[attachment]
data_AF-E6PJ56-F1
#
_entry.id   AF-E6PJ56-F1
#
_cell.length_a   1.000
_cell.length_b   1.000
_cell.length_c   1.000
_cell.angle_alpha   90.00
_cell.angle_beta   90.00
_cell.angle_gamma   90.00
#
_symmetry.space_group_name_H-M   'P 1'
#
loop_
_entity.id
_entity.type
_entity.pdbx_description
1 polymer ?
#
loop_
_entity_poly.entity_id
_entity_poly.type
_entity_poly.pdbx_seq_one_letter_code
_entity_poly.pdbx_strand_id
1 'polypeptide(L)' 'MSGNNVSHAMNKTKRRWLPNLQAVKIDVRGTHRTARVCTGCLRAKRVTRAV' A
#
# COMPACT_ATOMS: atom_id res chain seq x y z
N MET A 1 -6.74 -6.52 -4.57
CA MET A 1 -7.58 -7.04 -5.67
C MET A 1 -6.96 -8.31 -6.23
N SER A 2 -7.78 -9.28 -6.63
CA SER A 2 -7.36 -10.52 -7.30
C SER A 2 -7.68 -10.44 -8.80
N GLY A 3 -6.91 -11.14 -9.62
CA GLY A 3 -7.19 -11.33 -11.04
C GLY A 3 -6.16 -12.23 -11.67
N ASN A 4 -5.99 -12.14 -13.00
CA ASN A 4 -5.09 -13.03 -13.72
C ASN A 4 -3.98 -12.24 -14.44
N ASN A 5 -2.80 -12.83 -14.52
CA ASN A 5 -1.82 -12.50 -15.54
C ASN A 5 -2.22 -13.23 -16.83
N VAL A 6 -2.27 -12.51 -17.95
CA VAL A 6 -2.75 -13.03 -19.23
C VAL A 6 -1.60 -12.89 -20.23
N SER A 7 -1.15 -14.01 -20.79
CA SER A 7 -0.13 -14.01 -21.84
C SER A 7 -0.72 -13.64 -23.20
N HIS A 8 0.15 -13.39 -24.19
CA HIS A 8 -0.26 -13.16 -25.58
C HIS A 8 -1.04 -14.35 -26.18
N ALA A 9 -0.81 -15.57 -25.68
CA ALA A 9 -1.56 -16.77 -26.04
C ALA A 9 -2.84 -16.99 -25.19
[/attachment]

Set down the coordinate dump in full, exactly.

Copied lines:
data_AF-E6PJ56-F1
#
_entry.id   AF-E6PJ56-F1
#
_cell.length_a   1.000
_cell.length_b   1.000
_cell.length_c   1.000
_cell.angle_alpha   90.00
_cell.angle_beta   90.00
_cell.angle_gamma   90.00
#
_symmetry.space_group_name_H-M   'P 1'
#
loop_
_entity.id
_entity.type
_entity.pdbx_description
1 polymer ?
#
loop_
_entity_poly.entity_id
_entity_poly.type
_entity_poly.pdbx_seq_one_letter_code
_entity_poly.pdbx_strand_id
1 'polypeptide(L)' 'MSGNNVSHAMNKTKRRWLPNLQAVKIDVRGTHRTARVCTGCLRAKRVTRAV' A
#
# COMPACT_ATOMS: atom_id res chain seq x y z
N MET A 1 -6.74 -6.52 -4.57
CA MET A 1 -7.58 -7.04 -5.67
C MET A 1 -6.96 -8.31 -6.23
N SER A 2 -7.78 -9.28 -6.63
CA SER A 2 -7.36 -10.52 -7.30
C SER A 2 -7.68 -10.44 -8.80
N GLY A 3 -6.91 -11.14 -9.62
CA GLY A 3 -7.19 -11.33 -11.04
C GLY A 3 -6.16 -12.23 -11.67
N ASN A 4 -5.99 -12.14 -13.00
CA ASN A 4 -5.09 -13.03 -13.72
C ASN A 4 -3.98 -12.24 -14.44
N ASN A 5 -2.80 -12.83 -14.52
CA ASN A 5 -1.82 -12.50 -15.54
C ASN A 5 -2.22 -13.23 -16.83
N VAL A 6 -2.27 -12.51 -17.95
CA VAL A 6 -2.75 -13.03 -19.23
C VAL A 6 -1.60 -12.89 -20.23
N SER A 7 -1.15 -14.01 -20.79
CA SER A 7 -0.13 -14.01 -21.84
C SER A 7 -0.72 -13.64 -23.20
N HIS A 8 0.15 -13.39 -24.19
CA HIS A 8 -0.26 -13.16 -25.58
C HIS A 8 -1.04 -14.35 -26.18
N ALA A 9 -0.81 -15.57 -25.68
CA ALA A 9 -1.56 -16.77 -26.04
C ALA A 9 -2.84 -16.99 -25.19